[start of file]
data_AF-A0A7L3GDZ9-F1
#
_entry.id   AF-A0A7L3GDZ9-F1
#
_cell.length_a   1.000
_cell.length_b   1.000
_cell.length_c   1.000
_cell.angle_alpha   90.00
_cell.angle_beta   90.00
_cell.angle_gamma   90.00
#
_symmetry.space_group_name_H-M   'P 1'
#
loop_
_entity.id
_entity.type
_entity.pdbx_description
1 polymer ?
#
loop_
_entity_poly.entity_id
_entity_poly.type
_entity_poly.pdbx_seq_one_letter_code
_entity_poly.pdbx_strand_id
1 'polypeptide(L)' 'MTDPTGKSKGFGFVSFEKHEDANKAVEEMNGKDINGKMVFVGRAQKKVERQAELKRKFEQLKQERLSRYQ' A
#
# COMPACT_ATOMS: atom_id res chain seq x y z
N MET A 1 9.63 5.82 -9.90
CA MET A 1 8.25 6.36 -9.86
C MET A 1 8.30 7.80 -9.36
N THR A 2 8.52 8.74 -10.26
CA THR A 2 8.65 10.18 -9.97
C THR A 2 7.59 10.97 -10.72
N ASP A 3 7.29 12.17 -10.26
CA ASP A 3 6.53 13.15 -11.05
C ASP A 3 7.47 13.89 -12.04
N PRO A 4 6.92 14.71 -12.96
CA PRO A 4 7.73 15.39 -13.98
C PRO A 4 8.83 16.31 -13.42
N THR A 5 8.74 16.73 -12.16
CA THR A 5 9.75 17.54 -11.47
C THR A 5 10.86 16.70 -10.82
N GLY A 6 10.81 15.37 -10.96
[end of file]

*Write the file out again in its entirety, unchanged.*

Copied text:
data_AF-A0A7L3GDZ9-F1
#
_entry.id   AF-A0A7L3GDZ9-F1
#
_cell.length_a   1.000
_cell.length_b   1.000
_cell.length_c   1.000
_cell.angle_alpha   90.00
_cell.angle_beta   90.00
_cell.angle_gamma   90.00
#
_symmetry.space_group_name_H-M   'P 1'
#
loop_
_entity.id
_entity.type
_entity.pdbx_description
1 polymer ?
#
loop_
_entity_poly.entity_id
_entity_poly.type
_entity_poly.pdbx_seq_one_letter_code
_entity_poly.pdbx_strand_id
1 'polypeptide(L)' 'MTDPTGKSKGFGFVSFEKHEDANKAVEEMNGKDINGKMVFVGRAQKKVERQAELKRKFEQLKQERLSRYQ' A
#
# COMPACT_ATOMS: atom_id res chain seq x y z
N MET A 1 9.63 5.82 -9.90
CA MET A 1 8.25 6.36 -9.86
C MET A 1 8.30 7.80 -9.36
N THR A 2 8.52 8.74 -10.26
CA THR A 2 8.65 10.18 -9.97
C THR A 2 7.59 10.97 -10.72
N ASP A 3 7.29 12.17 -10.26
CA ASP A 3 6.53 13.15 -11.05
C ASP A 3 7.47 13.89 -12.04
N PRO A 4 6.92 14.71 -12.96
CA PRO A 4 7.73 15.39 -13.98
C PRO A 4 8.83 16.31 -13.42
N THR A 5 8.74 16.73 -12.16
CA THR A 5 9.75 17.54 -11.47
C THR A 5 10.86 16.70 -10.82
N GLY A 6 10.81 15.37 -10.96